Monday, February 1, 2010

You Have to Get a Little Detached,
and Then Come Back and Look At The World

In Saturday's New York Times, Bob Herbert had a nice remembrance of historian Howard Zinn, who died last week at the age of 87:
I always wondered why Howard Zinn was considered a radical. (He called himself a radical.) He was an unbelievably decent man who felt obliged to challenge injustice and unfairness wherever he found it. What was so radical about believing that workers should get a fair shake on the job, that corporations have too much power over our lives and much too much influence with the government, that wars are so murderously destructive that alternatives to warfare should be found, that blacks and other racial and ethnic minorities should have the same rights as whites, that the interests of powerful political leaders and corporate elites are not the same as those of ordinary people who are struggling from week to week to make ends meet?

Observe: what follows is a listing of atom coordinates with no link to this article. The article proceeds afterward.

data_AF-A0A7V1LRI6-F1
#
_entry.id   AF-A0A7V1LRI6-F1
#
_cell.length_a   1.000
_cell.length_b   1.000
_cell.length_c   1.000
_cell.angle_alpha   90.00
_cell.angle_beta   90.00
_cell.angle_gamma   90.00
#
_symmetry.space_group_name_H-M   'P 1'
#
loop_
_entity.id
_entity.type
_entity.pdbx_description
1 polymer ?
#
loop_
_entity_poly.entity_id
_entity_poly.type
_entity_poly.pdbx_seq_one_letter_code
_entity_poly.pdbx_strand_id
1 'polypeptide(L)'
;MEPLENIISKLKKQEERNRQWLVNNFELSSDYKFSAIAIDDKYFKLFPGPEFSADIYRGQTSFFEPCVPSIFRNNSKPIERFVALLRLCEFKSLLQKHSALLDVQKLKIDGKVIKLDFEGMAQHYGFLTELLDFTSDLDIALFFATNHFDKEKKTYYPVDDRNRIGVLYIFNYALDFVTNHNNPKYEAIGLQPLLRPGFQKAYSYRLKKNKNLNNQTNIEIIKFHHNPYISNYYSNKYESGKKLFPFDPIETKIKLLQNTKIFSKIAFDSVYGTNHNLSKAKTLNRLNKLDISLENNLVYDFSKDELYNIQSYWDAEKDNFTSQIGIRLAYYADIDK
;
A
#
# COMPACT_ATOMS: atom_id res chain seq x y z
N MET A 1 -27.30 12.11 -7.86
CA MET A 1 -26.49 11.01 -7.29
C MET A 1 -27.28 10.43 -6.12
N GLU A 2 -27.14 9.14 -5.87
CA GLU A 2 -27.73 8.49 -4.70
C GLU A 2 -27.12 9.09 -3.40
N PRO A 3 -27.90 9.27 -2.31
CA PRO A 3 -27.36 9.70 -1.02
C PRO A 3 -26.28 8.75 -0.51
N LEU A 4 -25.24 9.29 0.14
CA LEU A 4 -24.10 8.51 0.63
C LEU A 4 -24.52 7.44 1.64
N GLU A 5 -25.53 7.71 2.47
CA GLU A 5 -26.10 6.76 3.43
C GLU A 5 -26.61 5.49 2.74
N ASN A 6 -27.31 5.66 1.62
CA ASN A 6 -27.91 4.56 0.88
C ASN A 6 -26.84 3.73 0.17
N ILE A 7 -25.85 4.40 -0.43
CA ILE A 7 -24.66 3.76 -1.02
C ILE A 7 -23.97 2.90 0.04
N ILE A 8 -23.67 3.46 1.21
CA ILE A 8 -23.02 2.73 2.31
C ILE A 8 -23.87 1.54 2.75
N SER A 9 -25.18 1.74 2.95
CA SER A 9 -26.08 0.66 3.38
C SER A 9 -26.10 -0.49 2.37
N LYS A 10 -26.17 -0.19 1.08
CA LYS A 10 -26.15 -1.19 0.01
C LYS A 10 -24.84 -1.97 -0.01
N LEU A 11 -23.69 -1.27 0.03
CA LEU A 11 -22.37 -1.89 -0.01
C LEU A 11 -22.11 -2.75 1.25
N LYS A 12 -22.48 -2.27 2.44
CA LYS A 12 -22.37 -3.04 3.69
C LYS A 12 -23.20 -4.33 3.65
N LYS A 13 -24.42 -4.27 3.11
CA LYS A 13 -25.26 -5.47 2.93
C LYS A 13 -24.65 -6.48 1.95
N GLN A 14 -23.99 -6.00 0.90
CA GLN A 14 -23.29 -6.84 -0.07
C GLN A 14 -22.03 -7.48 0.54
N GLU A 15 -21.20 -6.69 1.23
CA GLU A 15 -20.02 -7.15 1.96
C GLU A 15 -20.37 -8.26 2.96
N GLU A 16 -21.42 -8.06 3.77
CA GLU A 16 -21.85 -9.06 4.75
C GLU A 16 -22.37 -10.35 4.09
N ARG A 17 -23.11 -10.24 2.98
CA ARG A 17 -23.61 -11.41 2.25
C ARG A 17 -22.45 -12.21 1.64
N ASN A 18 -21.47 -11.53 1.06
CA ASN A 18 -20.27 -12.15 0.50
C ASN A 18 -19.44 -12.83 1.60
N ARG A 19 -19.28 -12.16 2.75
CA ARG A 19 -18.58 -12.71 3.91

That he was considered radical says way more about this society than it does about him.
Read the rest here (the Times' original obit is here).

Here, Wallace Shawn reads an endlessly relevant November 1970 speech by Zinn on the topic of civil disobedience:

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